When a relationship comes to an end, it can be a confusing time for all involved. Whether the dissolution was a long time coming, or a more sudden change, the feelings, emotions, uncertainty, or concern that you may be feeling can make it difficult to clearly see what actions now need to be taken in order to formally finalise the end of the relationship. While it is important not to rush these actions, many people find that tying up loose ends early on can help them to recover and move on with their lives.
The good news is that it is not usually necessary to involve the court in a separation, which can make the process much quicker, easier, and less stressful for everyone involved. In many cases, it is possible for the former partners to work through the necessary steps together, independently. While difficult, accepting that your former partner may not share the same ideas or priorities as you during the separation process can help you to maintain a logical perspective at a very emotionally charged time.
If you and your former partner feel that you can come together to finalise the end of the relationship, you can choose to work through the following necessary actions either independently, or with support and guidance from a family law solicitor who can be on hand to answer any questions for you or help to resolve any issues or obstacles that may arise.
Aspects to consider include:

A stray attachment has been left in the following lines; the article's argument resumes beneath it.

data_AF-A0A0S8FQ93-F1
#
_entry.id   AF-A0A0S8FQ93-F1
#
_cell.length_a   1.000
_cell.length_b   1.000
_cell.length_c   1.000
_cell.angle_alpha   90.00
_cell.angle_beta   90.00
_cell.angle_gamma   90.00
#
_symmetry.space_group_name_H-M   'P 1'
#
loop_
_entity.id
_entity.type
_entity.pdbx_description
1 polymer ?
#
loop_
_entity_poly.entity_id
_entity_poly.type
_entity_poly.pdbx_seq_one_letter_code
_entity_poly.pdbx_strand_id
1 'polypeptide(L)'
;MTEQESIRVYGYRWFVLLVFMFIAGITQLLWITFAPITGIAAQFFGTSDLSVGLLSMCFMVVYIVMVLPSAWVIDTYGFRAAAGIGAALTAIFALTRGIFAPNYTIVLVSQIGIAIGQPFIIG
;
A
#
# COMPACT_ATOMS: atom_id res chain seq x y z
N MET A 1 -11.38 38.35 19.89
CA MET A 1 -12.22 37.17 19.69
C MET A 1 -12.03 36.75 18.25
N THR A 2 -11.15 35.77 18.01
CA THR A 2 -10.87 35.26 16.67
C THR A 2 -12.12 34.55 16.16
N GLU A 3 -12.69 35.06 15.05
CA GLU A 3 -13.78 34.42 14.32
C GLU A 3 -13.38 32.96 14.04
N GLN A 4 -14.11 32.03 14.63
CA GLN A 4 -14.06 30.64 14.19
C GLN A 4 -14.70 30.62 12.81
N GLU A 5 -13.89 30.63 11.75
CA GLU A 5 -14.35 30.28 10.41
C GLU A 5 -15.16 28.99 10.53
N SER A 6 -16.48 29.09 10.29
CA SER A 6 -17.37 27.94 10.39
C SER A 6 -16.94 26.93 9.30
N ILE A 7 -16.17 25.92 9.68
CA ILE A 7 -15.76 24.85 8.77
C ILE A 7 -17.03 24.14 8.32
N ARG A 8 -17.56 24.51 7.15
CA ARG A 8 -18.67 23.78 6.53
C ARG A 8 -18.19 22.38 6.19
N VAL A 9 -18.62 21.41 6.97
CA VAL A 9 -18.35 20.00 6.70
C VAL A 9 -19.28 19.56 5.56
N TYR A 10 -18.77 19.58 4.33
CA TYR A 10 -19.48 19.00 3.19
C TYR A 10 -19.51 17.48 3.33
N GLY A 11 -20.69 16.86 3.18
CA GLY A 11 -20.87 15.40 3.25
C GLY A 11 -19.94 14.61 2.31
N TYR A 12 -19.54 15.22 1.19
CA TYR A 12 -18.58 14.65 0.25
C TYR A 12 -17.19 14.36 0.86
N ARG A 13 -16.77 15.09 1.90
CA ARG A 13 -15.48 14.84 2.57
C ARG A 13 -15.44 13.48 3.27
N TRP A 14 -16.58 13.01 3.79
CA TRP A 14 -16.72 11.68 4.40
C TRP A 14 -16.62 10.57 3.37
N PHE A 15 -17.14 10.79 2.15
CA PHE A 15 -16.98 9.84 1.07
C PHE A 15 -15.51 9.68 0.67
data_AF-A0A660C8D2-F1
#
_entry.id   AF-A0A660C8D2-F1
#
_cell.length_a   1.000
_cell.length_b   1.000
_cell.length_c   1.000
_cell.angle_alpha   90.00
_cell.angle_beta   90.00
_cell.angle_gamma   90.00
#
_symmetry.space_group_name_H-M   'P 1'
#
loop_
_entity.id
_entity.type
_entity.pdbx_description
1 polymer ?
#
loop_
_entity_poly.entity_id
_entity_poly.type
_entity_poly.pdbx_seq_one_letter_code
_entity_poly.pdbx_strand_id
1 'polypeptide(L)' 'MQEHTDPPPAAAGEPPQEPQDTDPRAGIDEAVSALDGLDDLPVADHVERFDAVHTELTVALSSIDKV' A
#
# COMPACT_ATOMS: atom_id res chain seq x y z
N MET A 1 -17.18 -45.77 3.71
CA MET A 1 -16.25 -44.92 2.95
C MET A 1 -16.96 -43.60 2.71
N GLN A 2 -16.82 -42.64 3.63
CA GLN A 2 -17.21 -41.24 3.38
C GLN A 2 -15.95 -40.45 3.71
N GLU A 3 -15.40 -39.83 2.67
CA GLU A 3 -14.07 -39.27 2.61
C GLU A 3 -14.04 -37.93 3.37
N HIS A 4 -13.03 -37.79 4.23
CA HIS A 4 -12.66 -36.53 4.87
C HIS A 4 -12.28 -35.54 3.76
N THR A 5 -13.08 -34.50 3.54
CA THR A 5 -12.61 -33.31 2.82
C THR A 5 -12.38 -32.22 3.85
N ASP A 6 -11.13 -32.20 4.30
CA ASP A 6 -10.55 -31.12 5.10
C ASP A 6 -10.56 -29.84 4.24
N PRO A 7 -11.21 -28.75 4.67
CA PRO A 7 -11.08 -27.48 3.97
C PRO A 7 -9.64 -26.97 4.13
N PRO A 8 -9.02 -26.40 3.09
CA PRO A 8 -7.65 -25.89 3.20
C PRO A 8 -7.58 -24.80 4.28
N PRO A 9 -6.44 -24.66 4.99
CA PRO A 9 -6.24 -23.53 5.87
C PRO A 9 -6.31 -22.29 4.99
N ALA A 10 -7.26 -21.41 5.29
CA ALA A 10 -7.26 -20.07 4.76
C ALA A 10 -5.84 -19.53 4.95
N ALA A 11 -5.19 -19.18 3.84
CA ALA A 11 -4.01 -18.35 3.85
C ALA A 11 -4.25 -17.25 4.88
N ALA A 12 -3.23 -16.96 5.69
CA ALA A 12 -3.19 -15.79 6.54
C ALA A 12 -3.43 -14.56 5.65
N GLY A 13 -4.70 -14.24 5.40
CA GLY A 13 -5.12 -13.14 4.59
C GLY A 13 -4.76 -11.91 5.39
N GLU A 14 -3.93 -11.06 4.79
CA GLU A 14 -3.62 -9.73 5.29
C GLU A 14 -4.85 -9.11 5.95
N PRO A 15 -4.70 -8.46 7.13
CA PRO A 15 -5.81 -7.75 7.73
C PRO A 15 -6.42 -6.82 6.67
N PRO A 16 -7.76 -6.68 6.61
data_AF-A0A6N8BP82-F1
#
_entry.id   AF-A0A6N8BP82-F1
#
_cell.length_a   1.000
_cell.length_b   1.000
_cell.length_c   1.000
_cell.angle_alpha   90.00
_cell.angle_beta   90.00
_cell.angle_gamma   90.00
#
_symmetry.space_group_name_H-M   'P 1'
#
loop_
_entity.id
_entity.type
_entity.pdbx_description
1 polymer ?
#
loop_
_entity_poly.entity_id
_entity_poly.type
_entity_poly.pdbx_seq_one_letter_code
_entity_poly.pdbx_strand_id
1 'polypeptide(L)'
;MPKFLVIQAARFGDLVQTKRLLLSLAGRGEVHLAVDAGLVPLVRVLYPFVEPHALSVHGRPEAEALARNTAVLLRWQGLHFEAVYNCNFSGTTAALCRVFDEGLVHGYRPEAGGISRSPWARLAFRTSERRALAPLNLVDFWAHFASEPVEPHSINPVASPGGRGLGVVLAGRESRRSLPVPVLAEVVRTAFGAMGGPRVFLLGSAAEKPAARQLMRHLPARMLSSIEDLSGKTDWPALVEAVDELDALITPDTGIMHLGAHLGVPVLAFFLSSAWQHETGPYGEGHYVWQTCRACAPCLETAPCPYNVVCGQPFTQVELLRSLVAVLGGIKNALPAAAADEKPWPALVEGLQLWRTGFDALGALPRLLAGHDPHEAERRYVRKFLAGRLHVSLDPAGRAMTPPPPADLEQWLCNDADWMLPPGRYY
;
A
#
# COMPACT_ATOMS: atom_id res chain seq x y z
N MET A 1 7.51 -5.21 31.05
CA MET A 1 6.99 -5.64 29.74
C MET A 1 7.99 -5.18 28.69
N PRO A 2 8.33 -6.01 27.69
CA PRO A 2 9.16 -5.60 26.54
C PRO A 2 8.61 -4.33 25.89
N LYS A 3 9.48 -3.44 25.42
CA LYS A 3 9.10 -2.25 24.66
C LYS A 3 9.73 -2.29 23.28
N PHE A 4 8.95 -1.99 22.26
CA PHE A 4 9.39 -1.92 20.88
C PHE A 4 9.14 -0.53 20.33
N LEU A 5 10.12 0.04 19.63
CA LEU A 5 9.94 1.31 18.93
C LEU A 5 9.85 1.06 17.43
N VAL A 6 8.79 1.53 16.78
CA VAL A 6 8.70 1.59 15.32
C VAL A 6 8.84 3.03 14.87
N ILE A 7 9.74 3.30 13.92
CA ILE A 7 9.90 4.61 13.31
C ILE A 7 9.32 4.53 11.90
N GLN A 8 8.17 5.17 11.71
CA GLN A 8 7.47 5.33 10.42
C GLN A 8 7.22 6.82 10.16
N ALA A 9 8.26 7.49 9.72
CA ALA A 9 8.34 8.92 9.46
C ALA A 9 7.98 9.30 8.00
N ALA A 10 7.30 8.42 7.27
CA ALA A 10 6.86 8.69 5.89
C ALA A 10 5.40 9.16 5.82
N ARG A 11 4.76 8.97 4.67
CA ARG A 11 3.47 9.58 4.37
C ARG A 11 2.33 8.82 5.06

If you have children together, your biggest priority will be the happiness and welfare of your dependents. Should your living arrangements be changing as a result of the separation, arrangements for any children will be one of the first aspects to take into consideration. If your children are old enough, it is important to talk to them about this so that you can take into account their wishes along with your own preferences and the practicalities of the different options available. You may also wish to consider a child maintenance agreement if the children will be living primarily with you or your former partner.
When a relationship ends, it is normal to consider living separately, although that is not the only option. Due to the costs of running separate homes, and especially the cost of running a home as a single parent, some couples who have split amicably do find that continuing to live together is what’s best for them. Others may choose to move out, or ask their former partner to move out, and some opt to sell their home or terminate their lease, both moving into new residences. It is important to take into account any legal obstacles, like the right to remain in the home, or even visa status following separation.
Unmarried partners may have entered into a cohabitation agreement when they moved in together, and this can reduce some complexities when it comes to dividing assets following a split. However, if you do not have a cohabitation agreement, you will need to work together to separate your belongings. This is not a step that should be rushed, and you should take the time to carefully consider what’s important to you, as well as what is important to your former partner. You may wish to agree to temporarily hold onto certain items to give to your children.